Genetic instability plays a crucial role in cancer development. The genetic stability of the cell as well as DNA methylation status could be modulated by folate levels. Several studies suggested associations between polymorphisms in folate genes and alterations in protein expression and variations in serum levels of the folate. The objective of this study was to investigate the effect of folate pathway polymorphisms on modulating genetic instability and lung cancer risk. Genotyping of 5 SNPs in folate pathway genes and cytokinesis-blocked micronucleus cytome assay analysis (to determine the genetic instability at baseline and following NNK treatment) was conducted on 180 lung cancer cases and 180 age-, gender-, and smoking-matched controls. Our results showed that individually, folate pathway SNPs were not associated with cytogenetic damage or lung cancer risk. However, in a polygenic disease such as lung cancer, gene-gene interactions are expected to play an important role in determining the phenotypic variability of the diseases. We observed that interactions between MTHFR677, MTHFR1298, and SHMT polymorphisms may have a significant impact on genetic instability in lung cancer patients. With regard to cytogenetic alterations, our results showed that lymphocytes from lung cancer patients exposed to the tobacco-specific carcinogen 4-(methylnitrosamino)-1-(3-pyridyl)-1-butanone [NNK] had considerably increased frequency of cytogenetic damage in presence of MTHFR 677, MTHFR 1298, and SHMT allelic variants. These findings support the notion that significant interactions may potentially modulate the lung cancer susceptibility and alter the overall the repair abilities of lung cancer patients when exposed to tobacco carcinogens such as NNK.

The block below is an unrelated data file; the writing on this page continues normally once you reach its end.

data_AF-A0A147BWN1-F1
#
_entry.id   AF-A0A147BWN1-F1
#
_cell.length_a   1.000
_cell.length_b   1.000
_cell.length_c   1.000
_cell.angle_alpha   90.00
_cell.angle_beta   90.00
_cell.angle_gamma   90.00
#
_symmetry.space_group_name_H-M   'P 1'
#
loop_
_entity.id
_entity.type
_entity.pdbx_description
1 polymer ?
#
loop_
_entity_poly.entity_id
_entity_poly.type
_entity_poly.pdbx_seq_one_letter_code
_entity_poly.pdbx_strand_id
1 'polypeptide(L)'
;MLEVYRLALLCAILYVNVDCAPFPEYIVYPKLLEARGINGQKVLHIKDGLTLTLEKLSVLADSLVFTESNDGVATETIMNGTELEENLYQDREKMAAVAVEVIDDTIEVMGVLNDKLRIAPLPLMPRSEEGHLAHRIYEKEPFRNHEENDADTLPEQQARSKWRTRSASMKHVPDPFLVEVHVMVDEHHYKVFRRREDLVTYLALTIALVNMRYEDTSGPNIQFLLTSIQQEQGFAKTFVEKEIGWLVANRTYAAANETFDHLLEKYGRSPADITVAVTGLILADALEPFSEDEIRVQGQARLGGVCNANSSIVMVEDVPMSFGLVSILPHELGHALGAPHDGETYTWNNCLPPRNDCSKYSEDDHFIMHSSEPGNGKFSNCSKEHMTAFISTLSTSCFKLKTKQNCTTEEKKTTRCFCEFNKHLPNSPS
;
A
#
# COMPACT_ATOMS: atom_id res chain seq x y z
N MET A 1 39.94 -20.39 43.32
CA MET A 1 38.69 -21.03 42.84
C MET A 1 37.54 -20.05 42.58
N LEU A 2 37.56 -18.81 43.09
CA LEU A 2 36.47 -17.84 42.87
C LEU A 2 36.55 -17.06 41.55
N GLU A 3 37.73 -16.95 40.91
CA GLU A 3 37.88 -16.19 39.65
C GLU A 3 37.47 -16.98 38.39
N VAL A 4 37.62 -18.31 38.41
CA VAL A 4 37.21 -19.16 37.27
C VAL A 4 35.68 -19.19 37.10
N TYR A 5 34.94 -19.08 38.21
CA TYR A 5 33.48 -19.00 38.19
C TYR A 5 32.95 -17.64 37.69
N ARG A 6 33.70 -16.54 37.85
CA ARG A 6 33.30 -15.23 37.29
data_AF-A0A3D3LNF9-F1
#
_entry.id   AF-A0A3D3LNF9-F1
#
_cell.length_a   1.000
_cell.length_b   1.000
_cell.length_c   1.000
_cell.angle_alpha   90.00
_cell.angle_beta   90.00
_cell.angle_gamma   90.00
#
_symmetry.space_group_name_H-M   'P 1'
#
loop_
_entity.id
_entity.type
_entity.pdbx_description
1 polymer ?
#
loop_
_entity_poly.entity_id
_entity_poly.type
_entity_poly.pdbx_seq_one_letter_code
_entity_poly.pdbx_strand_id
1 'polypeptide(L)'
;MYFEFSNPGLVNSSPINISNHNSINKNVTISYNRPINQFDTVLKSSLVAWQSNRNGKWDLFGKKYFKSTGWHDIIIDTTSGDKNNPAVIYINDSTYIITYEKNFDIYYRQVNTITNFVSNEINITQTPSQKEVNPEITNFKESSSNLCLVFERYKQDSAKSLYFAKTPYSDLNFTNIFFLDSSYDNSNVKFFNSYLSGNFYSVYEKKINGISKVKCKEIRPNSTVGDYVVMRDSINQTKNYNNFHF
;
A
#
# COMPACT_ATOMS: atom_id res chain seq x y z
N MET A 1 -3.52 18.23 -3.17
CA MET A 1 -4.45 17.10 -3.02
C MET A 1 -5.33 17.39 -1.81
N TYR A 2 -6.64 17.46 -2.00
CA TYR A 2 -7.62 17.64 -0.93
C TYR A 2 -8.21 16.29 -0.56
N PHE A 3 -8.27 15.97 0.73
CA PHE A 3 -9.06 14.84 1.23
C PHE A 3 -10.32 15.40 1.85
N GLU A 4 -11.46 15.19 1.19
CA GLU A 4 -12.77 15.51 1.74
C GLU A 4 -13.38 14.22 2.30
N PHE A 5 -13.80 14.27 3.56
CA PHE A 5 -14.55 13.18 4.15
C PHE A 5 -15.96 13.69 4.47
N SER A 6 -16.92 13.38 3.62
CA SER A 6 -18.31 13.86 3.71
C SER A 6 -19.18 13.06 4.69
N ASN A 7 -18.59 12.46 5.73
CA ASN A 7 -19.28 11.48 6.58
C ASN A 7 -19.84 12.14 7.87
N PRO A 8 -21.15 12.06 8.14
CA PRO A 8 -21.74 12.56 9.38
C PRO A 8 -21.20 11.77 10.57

ASJC Scopus subject areas
- Cancer Research